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Down the Gunbarrel Highway

Tired of tame 4WD tracks? Really want to challenge those skills? Then maybe it’s time you pitted yourself against the Gunbarrel Highway.


So, you’re gonna do the Gunbarrel?

Before we start, we just want to make it clear that the Gunbarrel Highway is not a beginner’s 4WD track. It’s remote, it’s challenging and it’s not the easy to get help if you need it.

The track itself is 1420kms of very tricky terrain and spans sections of the Great Central Road. Heavy corrugations, stone, sand, flood plains and washaways are all common features of the Gunbarrel, and will test even the most experienced 4-wheel driver. It stretches from Yulara (NT) to Carnegie Station (WA), although there are people who consider the road between Carnegie to Wiluna part of the Gunbarrel as well. The highway covers some of the most remote territory in Australia.

It was built by surveyor and road builder Len Beadell, who built over 6000kms of road to allow access to the isolated desert areas of Australia. In preparation for road building, Len would venture out, often alone, to conduct initial surveys of the land in his Land Rover. No wonder he is often referred to as Australia’s last true explorer.

The highway’s famous name was derived from the name given to Len’s team, the Gunbarrel Road Construction Party, so-called after Len’s desire to build roads that were as straight as gun barrels. Whether he achieved this on the Gunbarrel is a matter for debate!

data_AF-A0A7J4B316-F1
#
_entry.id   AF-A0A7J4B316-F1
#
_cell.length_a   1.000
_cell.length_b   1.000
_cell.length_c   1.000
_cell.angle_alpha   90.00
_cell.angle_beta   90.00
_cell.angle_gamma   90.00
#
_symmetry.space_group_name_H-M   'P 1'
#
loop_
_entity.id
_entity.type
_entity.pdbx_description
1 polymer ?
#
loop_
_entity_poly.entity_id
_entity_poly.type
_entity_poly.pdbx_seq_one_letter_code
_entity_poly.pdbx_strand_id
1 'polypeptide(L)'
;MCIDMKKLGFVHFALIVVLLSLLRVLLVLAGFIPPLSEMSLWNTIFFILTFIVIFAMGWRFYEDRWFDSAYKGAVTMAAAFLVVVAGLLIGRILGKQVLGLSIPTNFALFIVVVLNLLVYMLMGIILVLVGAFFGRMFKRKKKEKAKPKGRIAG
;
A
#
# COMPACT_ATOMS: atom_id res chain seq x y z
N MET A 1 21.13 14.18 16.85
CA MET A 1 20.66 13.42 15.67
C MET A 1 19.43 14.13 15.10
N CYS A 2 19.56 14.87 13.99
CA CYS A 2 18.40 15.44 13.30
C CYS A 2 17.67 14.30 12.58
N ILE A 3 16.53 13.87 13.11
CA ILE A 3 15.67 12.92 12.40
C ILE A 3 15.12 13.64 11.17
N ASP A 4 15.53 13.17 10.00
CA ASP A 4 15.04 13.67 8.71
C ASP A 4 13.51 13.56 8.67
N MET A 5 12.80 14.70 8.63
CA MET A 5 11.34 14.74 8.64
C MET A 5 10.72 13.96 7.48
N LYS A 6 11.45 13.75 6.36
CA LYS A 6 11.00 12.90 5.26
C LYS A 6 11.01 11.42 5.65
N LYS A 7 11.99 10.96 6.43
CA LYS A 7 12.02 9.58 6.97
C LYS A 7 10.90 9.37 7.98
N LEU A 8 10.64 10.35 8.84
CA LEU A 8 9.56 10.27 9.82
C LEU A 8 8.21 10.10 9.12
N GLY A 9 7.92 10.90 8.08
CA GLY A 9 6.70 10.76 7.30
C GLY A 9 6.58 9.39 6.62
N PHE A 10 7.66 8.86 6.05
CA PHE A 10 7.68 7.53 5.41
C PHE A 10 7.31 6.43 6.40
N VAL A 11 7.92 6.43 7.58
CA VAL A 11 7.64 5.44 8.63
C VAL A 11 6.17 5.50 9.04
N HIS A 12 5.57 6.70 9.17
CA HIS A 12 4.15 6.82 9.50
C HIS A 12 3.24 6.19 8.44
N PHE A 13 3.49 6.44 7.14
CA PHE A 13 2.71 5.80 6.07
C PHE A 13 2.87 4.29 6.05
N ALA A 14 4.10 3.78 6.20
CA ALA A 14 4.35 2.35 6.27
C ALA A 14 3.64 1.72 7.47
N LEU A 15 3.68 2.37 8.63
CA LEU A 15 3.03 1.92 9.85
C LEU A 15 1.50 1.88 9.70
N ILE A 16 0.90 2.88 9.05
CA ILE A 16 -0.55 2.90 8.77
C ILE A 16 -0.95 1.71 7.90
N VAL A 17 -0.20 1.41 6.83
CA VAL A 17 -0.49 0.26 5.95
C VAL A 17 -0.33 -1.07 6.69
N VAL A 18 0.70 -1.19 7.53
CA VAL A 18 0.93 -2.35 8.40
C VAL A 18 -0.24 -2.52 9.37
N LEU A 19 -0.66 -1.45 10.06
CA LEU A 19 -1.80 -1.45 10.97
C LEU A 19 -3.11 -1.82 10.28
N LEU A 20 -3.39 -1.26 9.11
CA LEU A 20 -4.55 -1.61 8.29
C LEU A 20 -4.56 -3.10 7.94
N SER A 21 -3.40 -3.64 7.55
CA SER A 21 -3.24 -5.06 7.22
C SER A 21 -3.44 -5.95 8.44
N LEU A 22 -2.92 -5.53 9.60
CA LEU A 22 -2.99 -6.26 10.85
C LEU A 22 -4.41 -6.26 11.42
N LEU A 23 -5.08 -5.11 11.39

Before you leave

The best time to take on the Gunbarrel is between April and September. This is when you’ll get the driest weather. The track can be conquered in 4 days and for that time you need to plan to be almost entirely self-sufficient.

Although there are fuel stops along the highway, there are huge sections of the road where there are no supply stops, the longest being 489kms between Warburton and Carnegie Station. And you’re going to be paying top dollar for any fuel or supplies you do buy along the way. It is advisable to take extra fuel on the trip so you’re not relying on the next fuel stop.

The same goes for water. Although there are bores that operate at some of the campsites, it is not advisable to use this water unless it’s an emergency.

Travelling the Gunbarrel will take you through Ngaanyatjarra land, so you will need to organise a permit prior to leaving. These can be obtained by completing an application form and submitting it to the Alice Springs office of the Ngaanyatjarra Council.

Where you can camp

There are several roadhouses along this section of the Great Central Road at Warakurna, Warburton and Carnegie Station. These offer a choice of accommodation from camping to cabins, and there are limited supplies available also.

There is a camping spot at Notabilis Bore, which gives the opportunity to visit Len Beadell’s tree, 25kms from the bore. From here the Old Gunbarrel Highway continues, but this is now abandoned in favour of the Heather Highway.

At Everard Junction there aren’t any designated camping spots, but you can camp along the track.

With the right planning and preparation, the Gunbarrel Highway should be one of the best 4-wheel driving experiences of your life. You’ll be driving through parts of the country that many people don’t even know exist, flowing the tyre tracks of Australia’s last great explorer.

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16 Jessop Crescent, Berrimah Business Park, Berrimah, NT, Australia

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